- [23:10] EditorNinja provides editing services in a subscription-based model. John came to this setup as a writer first, one who hated to edit his own work. He would simply publish things to his blog with typos. Professionally, however, he knew that wasn’t an option. When the pandemic started, he began to see many editors being laid off and thought he could probably find work for them. It just kind of went on from there. As far as the subscription model, John has known the founder of Design Pickle for some time now. Design Pickle offers graphic design services via subscription. John saw this and thought there was an opportunity for that to work in the editing space.
- [30:04] John isn’t the type of salesperson who is going to convince you to sign up for EditorNinja’s services. If, over the course of a conversation, they are convinced, then they’ve convinced themselves. John simply asks questions. He once had a gentleman come in (via video call) as a potential customer. He crossed his arms and said, “Tell me why we need your editors to edit our content.” John knew he had the skills to convince him, but he wasn’t going to. If someone is coming into the partnership with that mindset, they’re going to require a lot of management, ask a lot of questions, never truly value the service, and waste John’s time as well as the time of his editors.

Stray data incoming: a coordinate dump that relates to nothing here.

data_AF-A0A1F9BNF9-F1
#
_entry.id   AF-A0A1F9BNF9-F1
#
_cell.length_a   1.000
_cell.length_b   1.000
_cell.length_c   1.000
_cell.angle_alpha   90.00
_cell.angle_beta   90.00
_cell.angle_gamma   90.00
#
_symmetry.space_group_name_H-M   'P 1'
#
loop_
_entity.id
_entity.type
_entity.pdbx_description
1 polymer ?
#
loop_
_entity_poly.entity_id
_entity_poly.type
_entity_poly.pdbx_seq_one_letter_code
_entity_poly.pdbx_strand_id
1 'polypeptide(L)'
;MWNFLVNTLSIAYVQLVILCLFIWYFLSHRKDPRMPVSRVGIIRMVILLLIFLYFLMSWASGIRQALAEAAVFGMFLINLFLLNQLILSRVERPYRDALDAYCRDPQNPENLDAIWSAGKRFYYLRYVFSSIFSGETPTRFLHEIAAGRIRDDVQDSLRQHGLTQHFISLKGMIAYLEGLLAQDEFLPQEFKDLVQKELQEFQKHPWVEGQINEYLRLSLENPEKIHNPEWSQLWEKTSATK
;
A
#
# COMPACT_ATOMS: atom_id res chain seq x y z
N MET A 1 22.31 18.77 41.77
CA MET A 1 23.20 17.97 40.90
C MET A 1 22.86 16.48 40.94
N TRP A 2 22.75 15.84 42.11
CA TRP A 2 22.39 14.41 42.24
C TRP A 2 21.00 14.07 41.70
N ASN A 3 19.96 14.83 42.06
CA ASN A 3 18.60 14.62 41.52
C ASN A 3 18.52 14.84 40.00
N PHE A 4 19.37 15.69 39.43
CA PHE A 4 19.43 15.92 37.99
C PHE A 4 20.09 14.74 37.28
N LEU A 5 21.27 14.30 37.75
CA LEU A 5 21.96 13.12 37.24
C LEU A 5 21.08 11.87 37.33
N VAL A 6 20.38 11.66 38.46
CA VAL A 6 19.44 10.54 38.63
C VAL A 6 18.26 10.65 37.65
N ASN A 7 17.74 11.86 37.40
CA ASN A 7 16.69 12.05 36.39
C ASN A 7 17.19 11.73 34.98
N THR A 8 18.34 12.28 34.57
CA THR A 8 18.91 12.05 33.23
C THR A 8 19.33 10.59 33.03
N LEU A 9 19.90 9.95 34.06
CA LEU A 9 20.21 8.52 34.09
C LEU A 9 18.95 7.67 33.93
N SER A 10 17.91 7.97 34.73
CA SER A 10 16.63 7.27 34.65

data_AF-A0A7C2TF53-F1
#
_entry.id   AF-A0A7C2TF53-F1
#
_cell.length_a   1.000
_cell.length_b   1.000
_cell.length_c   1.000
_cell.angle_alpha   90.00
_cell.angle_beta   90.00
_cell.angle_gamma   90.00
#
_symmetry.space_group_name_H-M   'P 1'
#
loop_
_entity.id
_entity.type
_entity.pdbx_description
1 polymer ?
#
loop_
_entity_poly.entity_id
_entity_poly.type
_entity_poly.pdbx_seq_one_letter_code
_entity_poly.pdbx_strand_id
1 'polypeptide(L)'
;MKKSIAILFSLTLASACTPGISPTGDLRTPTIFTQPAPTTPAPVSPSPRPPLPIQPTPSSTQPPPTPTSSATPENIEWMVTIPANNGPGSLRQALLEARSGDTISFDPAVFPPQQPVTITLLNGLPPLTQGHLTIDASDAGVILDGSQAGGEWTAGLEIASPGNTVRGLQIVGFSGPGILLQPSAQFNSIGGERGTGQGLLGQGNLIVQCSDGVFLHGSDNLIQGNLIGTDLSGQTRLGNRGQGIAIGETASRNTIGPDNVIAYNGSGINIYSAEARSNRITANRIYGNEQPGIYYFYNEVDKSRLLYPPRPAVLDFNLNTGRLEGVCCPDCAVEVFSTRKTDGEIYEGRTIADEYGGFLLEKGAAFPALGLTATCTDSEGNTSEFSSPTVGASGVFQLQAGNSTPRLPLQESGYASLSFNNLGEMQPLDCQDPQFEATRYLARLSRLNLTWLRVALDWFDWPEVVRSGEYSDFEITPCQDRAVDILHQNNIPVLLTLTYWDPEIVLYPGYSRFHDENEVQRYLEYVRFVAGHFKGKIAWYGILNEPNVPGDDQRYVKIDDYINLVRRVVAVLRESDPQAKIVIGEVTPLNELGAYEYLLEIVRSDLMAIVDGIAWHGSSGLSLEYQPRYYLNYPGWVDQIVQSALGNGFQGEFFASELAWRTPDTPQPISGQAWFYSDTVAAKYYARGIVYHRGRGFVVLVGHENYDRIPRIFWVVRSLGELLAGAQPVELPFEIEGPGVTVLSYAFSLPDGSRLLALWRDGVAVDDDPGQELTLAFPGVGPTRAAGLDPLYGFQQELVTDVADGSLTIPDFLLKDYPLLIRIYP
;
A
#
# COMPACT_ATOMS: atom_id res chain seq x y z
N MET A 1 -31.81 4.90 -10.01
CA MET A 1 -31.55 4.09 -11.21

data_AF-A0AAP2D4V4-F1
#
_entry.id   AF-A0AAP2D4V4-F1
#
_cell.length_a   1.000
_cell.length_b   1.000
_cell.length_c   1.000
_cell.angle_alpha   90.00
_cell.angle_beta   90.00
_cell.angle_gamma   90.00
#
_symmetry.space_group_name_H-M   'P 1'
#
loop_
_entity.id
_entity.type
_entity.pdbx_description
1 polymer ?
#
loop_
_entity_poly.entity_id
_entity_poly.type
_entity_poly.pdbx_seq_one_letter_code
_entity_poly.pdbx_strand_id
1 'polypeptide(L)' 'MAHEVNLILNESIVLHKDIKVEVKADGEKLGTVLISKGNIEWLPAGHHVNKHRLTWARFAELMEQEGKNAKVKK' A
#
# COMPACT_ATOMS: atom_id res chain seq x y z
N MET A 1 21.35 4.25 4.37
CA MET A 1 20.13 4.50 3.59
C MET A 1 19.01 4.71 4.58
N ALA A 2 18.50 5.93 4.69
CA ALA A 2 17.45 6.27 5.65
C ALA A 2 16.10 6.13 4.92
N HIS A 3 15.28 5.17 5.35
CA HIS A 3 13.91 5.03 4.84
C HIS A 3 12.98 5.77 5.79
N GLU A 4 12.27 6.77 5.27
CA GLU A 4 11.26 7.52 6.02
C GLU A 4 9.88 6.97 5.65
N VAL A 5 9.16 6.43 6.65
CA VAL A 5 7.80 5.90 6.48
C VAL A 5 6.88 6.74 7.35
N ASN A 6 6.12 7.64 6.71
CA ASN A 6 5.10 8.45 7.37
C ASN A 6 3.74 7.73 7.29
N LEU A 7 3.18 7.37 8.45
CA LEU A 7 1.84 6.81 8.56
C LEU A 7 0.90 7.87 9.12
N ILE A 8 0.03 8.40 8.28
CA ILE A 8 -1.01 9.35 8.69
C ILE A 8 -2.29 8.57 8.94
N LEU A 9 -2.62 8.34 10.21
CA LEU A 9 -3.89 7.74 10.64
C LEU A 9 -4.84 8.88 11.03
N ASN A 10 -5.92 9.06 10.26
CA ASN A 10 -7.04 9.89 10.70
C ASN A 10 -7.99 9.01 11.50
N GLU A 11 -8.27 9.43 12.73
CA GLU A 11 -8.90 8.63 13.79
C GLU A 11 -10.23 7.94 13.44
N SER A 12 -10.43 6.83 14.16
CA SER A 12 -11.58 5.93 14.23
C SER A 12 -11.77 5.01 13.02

- [35:15] While John may not be in the thick of the SEO world today, he was for over a decade. He started working in SEO in 2008. By 2011, he was working for Distilled, a company that partnered with Moz. He stepped out of the SEO realm in 2018-ish when he began to focus more intently on Credo, his first company. What’s changed since 2008 in SEO? John sees it as much less general now. Search engines have gotten much smarter. Digital PR has become its own professional niche, whereas when he was working, it was very “wild West.” He misses the cohesion in the industry back in the day. It was a lot of fun. SEO has now become much more difficult and specialized.
- [43:30] John travels. OFTEN. Firstly, he and his family have a house up in the mountains of Colorado that is his oasis. Just a short weekend stay there can feel like a week-long retreat. He views his greater travels in two categories: trips and vacations. A trip is going to see a new place, usually with family, and with the understanding, he will need to be “plugged in” a bit each day. A vacation is often going to a place he’s been before, for a longer stretch of time, where he’s planned to be unplugged for a long period of time.
Guest + Episode Links
Danny Gavin 00:05